Uniting or Dividing

“I want you to be wise in what is good, and simple concerning evil.” Romans 16:19

We have read through the letter of Paul to the Christians in Rome with all its revelation of the life to be lived in light of the Gospel of Jesus Christ. We join with him in joy over all the servants of Christ he mentions who laboured in love at great personal cost and risk for the sake of the Gospel. Many of us are at the other end of this unbroken chain of passing the Gospel from one person to the next until at last it came to us. Yes, we have much to rejoice in as we read the names of these faithful servants and we pray that we will not be the final link in that chain.

In the midst of Paul’s greetings to the Christians in Rome he makes a statement that seems out of place.

For that chain to remain unbroken each link must be strong and faithful to the true Gospel. In rejoicing in the faithful people Paul also acknowledges that there are some who have a different motivation who set out to deceive those who are not wise.

He is not speaking of the atheist, the humanist or the secular people of his time. He is speaking of people in the church who do not labour for Jesus Christ but labour for their own gain (v 18). That gain may be stature and prominence and not necessarily material gain. They were using “smooth words and flattering speech” to deceive the unwise. This method works. It is hard to argue against such people because what they say appeals to fallen human logic and reason. That which is spiritual sounds impotent against this kind of speech except to one who is spiritual and this is why such people gain a following.

The Gospel they preach is not true but has the appearance of being true because it sounds logical to the fallen human mind. Instead of being a steel link in the chain it is merely plastic that will break under stress. Paul doesn’t mention just what their error was. It might well be that he hasn’t described the particular error because he wants his readers to be on watch for all kinds of false teaching (v 17).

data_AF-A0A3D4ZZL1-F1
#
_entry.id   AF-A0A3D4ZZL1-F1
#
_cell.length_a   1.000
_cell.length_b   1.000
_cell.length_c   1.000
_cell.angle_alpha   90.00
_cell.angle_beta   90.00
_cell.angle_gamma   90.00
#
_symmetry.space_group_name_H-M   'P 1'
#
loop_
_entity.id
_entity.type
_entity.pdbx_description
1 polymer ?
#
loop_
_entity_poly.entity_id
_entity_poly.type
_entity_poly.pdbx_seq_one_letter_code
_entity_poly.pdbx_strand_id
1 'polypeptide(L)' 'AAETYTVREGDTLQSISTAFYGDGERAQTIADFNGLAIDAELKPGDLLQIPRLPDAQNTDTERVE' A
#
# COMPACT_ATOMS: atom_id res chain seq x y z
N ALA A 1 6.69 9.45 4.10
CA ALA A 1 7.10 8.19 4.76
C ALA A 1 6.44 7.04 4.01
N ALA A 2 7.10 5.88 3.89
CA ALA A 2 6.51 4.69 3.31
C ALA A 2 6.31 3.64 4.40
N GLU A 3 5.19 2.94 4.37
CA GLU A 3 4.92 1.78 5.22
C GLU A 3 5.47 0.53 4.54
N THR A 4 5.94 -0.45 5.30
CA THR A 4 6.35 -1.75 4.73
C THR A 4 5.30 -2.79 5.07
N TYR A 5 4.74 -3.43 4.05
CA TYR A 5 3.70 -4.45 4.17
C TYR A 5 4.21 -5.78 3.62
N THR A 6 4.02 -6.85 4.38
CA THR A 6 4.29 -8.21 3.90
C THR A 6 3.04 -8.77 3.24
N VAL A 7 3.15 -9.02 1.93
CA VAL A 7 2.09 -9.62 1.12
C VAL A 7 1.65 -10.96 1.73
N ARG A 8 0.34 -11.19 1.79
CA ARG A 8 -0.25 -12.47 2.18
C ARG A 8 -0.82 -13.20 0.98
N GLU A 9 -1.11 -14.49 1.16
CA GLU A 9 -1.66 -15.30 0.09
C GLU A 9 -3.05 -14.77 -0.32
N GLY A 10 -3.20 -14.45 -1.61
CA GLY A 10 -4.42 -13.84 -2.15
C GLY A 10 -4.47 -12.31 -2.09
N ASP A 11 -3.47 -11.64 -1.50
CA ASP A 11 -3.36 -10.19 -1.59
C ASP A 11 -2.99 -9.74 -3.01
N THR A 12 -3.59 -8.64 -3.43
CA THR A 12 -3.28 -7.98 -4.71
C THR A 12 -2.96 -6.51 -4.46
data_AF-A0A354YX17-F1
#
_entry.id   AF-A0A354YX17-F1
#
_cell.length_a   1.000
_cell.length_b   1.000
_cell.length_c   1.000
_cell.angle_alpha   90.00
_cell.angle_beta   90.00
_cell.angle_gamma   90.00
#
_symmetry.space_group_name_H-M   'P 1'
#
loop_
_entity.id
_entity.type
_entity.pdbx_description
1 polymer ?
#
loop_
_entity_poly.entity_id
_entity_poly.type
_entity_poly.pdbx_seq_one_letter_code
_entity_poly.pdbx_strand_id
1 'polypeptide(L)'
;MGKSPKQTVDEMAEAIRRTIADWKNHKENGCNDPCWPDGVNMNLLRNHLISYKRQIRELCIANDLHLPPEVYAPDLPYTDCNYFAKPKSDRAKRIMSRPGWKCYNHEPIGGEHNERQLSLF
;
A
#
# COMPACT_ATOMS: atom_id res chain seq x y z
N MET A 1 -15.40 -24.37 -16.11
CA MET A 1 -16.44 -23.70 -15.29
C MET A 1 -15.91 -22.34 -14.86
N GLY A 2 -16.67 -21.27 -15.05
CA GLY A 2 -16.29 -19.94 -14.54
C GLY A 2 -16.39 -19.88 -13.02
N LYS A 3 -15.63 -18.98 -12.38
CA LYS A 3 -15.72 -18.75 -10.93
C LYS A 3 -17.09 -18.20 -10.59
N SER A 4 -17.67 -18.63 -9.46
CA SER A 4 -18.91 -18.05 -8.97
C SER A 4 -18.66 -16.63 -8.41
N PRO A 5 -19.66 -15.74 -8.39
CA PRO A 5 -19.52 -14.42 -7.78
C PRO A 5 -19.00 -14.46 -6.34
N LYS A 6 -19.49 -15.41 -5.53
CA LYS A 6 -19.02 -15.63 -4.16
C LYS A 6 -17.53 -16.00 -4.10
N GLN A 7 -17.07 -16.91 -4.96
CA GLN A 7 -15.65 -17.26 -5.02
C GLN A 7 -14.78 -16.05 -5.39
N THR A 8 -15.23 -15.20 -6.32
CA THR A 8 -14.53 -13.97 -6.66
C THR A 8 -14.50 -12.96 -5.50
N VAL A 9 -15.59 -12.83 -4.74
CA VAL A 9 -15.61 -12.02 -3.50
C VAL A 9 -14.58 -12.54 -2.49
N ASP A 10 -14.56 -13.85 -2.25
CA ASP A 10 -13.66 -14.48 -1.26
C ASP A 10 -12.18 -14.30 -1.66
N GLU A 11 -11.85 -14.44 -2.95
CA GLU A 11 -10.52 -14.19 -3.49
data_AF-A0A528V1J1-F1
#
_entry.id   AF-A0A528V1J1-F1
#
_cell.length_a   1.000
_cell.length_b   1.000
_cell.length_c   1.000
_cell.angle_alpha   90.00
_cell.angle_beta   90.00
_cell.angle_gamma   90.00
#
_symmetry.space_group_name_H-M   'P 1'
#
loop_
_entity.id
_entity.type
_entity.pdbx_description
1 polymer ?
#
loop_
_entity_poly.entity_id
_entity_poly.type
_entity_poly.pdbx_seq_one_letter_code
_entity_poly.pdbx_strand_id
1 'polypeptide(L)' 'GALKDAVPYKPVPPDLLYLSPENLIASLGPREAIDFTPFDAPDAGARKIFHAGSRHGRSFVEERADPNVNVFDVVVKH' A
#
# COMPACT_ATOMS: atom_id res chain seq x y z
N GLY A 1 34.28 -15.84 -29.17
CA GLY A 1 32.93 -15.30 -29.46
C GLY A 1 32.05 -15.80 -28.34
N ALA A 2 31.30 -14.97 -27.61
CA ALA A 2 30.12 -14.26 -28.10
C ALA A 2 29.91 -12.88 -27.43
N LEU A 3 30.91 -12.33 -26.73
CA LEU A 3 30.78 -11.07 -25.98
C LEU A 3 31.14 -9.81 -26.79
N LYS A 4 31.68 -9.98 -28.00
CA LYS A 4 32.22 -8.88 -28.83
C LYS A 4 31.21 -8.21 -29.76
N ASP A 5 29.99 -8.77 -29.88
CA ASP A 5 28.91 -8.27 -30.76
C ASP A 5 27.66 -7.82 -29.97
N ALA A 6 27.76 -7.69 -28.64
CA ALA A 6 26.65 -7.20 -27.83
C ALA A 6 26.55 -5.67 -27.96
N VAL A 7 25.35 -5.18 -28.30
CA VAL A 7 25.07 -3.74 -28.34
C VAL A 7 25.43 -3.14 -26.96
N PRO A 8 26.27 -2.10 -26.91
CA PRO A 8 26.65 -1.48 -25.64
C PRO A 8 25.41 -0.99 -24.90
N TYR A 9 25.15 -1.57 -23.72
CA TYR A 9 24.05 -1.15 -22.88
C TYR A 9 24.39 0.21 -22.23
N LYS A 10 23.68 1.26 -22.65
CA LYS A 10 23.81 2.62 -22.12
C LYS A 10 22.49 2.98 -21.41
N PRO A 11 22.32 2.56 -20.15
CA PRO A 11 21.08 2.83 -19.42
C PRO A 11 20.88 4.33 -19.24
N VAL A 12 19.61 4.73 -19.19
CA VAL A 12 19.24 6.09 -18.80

Paul writes that the underlying motivation is selfish (v 18). Instead of ministering to the real needs of others they manipulate people to serve their own aims and desires through “smooth words and flattering speech.” The need in mind in this passage is living the Gospel of Christ everyday and serving Him just as those he mentions in the greetings are doing. He warns them not to become involved with those who manipulate people to meet their own needs instead of ministering to the needs of other people.

It isn’t just that they bring division between believers but that they also separate believers from the will of God – and unity in the church suffers. Such people may generate large followings of themselves instead of disciples of Jesus Christ. They act in a political way and not in a spiritual way. Paul warns us that they will appear in our local church. Seeking their own ends they gain disciples whom they make just like themselves. Paul writes that we should avoid them and most certainly not consider them as disciples of Jesus Christ.

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